There were many special buses bringing tourists there. Although the story wasn’t familiar, the grounds, especially the flowers, were totally amazing. We had a beer in the Green Dragon Inn and were on our way again.

I was incredulous that this part of New Zealand has no highways that take people from Auckland (the country’s most populated city) to other parts of the North Island. All the roads are two lane windy roads, which add to travel time. Perhaps it is because elsewhere on the island, the towns are very small. It just seemed strange to me.

Our final destination today was our hotel in Rotorua, located about two miles from the center of town. Some folks went into the downtown area but we opted to have a bite at the hotel bar (which was excellent), give me time to write and add some pictures, and then blissfully go to bed… which I will do soon. By the way, Jeremy, our guide, has visited both Waitomo and Hobbiton many times and this is the first time it wasn’t raining. I think we brought the good weather with us.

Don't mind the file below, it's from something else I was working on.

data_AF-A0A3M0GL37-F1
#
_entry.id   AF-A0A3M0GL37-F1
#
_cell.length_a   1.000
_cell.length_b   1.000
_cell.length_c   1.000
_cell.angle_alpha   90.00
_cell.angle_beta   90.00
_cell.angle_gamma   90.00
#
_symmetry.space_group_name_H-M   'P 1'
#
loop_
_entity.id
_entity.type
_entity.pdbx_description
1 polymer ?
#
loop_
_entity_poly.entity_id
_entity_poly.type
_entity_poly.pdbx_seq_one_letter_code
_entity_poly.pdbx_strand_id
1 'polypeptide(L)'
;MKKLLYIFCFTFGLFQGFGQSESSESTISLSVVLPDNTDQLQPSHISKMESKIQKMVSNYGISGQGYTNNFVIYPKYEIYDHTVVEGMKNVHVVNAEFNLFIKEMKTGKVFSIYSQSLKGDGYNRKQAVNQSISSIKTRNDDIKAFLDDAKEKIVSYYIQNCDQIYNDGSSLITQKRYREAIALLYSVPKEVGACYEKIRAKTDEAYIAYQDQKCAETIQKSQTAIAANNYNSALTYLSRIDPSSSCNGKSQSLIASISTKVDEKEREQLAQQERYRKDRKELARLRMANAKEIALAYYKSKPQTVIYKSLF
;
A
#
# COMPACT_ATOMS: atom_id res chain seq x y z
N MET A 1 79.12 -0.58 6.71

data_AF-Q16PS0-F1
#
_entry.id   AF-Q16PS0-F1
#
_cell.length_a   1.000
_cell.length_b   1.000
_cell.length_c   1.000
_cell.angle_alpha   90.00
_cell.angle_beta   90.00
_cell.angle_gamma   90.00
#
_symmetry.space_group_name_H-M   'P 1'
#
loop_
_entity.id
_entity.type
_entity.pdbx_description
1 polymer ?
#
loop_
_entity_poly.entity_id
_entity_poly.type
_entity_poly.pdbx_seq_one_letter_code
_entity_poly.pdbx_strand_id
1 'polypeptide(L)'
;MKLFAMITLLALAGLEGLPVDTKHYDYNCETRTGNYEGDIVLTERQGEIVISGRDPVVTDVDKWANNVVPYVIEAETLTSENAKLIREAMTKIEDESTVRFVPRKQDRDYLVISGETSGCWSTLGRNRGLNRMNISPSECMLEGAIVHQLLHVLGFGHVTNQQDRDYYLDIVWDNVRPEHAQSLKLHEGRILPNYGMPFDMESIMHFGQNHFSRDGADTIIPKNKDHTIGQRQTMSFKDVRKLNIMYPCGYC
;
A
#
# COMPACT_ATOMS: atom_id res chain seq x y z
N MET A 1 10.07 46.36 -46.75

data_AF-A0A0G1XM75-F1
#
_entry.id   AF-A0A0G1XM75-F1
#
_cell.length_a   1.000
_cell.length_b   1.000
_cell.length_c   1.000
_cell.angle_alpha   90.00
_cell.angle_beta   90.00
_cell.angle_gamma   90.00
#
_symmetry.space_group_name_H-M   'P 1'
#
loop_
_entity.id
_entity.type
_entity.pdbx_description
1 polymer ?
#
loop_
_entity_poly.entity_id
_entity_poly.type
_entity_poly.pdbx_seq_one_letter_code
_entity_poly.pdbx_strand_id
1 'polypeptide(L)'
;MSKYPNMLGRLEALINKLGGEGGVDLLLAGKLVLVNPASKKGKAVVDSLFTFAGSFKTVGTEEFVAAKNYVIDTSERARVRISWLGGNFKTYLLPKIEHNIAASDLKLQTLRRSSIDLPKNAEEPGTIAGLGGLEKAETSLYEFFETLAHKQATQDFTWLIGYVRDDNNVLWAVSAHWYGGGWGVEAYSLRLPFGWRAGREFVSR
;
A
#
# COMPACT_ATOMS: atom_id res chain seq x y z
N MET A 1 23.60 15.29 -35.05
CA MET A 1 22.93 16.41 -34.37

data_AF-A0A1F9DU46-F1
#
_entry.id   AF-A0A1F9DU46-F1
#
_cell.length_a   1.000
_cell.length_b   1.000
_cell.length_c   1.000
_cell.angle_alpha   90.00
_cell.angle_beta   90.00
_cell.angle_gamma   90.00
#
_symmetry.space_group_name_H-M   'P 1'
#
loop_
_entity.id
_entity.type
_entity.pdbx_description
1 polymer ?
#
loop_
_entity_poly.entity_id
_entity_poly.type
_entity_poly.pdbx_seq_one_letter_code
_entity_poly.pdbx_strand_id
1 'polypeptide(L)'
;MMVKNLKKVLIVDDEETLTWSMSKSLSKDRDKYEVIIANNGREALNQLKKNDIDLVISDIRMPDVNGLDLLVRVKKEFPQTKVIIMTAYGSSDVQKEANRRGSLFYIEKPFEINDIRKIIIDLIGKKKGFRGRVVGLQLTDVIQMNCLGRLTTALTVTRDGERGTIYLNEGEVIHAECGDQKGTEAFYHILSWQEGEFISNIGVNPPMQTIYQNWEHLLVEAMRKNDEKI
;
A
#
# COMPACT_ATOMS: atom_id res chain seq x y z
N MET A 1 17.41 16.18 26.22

Tomorrow, we are off to Te Puia, Rotorua’s most prominent thermal area with New Zealand’s largest geyser, boiling mud pools, and silica terraces. Afterward, we are going to the Agrodome to experience the country’s sheep industry.

Day 3 – Auckland

After a good breakfast in the hotel, we met in the lobby to begin our day. We were met by a very comfortable bus and had seat assignments to separate groups and allow us to get to know our fellow travelers. This probably won’t last for the whole trip but Jeremy wanted us to help create a fun group for this trip.